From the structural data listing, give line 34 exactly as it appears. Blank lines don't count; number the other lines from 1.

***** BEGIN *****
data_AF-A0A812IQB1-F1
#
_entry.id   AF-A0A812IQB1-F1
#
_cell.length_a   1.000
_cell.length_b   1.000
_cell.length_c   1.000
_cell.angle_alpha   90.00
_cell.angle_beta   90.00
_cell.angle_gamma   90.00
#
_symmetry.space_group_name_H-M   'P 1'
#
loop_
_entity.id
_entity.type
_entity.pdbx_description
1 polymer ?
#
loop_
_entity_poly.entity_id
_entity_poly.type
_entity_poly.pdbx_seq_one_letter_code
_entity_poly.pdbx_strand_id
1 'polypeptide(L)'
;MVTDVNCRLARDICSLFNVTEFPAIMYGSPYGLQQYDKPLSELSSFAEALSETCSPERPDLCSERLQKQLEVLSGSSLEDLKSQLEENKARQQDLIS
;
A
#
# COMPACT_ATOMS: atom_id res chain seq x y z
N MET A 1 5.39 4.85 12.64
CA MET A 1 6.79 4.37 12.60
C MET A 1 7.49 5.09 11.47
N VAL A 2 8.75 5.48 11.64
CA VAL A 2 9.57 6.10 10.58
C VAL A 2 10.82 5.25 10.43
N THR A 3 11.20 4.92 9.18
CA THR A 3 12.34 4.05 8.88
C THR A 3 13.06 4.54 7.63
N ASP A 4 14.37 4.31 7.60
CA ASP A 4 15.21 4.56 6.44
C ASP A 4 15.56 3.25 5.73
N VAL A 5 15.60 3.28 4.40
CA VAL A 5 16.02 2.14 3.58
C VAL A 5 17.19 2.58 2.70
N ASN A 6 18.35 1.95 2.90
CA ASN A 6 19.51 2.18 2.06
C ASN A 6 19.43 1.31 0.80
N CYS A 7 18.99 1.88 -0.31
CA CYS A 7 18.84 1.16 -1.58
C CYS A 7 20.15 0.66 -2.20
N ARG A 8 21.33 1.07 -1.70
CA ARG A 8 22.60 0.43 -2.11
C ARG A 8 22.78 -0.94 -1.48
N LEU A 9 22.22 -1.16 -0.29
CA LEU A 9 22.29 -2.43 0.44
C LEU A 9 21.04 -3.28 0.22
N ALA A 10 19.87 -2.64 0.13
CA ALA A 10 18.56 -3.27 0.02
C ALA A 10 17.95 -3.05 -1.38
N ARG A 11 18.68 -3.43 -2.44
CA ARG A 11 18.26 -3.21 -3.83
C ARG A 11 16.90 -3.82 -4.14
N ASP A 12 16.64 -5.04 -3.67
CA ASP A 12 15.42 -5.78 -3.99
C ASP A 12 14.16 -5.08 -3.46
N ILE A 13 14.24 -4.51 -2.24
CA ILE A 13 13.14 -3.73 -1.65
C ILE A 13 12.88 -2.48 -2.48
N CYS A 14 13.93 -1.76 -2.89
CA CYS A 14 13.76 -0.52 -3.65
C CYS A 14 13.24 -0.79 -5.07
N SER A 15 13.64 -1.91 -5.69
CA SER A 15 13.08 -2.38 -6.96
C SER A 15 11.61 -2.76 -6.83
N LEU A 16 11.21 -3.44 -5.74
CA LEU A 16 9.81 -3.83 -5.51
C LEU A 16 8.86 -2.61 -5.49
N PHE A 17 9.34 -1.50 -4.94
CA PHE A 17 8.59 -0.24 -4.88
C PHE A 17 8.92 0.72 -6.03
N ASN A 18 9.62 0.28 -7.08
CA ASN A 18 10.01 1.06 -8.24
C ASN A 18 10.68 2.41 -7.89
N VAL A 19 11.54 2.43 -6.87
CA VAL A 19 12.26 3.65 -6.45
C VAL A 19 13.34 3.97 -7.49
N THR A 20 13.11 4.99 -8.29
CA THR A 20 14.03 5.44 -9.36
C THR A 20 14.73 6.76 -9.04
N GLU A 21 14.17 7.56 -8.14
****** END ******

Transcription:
N VAL A 2 8.75 5.48 11.64